The major objective of this research was to assess the percentage of children with Crohn’s disease (CD) who remain in drug-free remission 52 weeks after treatment discontinuation. Researchers also hoped to learn more about how the Crohn’s Disease Exclusion Diet (CDED) and the make-up of the microbiota influence healing. They conducted prospective research at 2 tertiary care facilities, monitoring 18 CD patients ages 13-21 who had achieved deep clinical remission while on immunomodulator (n=7) or anti-TNFα(n=11) monotherapy and were planning to discontinue treatment. Over the course of 52 weeks, samples of stool were collected for calprotectin and microbiota testing. After completing drug withdrawal, participants either followed the CDED or a free diet. The major outcome measure was 52 weeks of treatment-free remission without relapse (calprotectin <250µg/g).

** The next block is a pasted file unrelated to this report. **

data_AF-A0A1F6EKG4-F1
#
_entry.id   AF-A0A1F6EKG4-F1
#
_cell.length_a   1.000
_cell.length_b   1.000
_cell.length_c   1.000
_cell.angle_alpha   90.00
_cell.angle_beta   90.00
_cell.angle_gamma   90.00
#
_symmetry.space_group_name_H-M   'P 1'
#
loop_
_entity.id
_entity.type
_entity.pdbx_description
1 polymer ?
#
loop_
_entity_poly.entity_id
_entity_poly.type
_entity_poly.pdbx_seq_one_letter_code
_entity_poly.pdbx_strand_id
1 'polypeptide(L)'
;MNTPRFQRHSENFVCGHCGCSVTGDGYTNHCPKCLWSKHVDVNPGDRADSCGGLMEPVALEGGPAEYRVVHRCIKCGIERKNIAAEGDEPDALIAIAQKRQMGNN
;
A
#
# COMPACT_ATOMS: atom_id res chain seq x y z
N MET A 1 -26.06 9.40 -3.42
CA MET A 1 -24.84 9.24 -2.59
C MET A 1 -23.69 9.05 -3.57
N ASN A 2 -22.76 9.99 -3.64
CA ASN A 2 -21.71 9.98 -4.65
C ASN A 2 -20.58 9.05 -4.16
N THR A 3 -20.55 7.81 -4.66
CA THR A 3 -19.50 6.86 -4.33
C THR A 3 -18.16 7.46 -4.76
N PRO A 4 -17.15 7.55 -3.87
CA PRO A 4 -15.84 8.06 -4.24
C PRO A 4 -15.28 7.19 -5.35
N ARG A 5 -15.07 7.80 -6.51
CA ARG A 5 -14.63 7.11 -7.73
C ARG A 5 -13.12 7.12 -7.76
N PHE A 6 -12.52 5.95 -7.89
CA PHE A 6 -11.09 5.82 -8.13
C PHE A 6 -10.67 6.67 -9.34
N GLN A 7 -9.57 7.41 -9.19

After 52 weeks of observation, 11 patients (64.7% of the total) were still in remission. The CDED did not lead to a significant increase in remission among study participants (5/9; 55.6%); P equals 0.63. About  (47.1%) of the original subjects were still drug-free after 104 weeks. By analyzing shotgun metagenomic sequencing data, researchers found that the gut microbiome’s taxonomic and gene function abundance remained consistent between those in remission and those in relapse. Relapse could be predicted at 52 weeks with 80% accuracy using baseline samples and the number of genes involved in amino sugar/nucleotide sugar metabolism and galactose metabolism in the gut microbiota.

A small cohort of children with CD in deep remission showed that over 65% of those who discontinued immunomodulator or anti-TNFα treatment were still in remission 52 weeks later. Changing the microbiota at the beginning of treatment was a good predictor of relapse. Large prospective studies must be conducted to better comprehend the results following treatment de-escalation.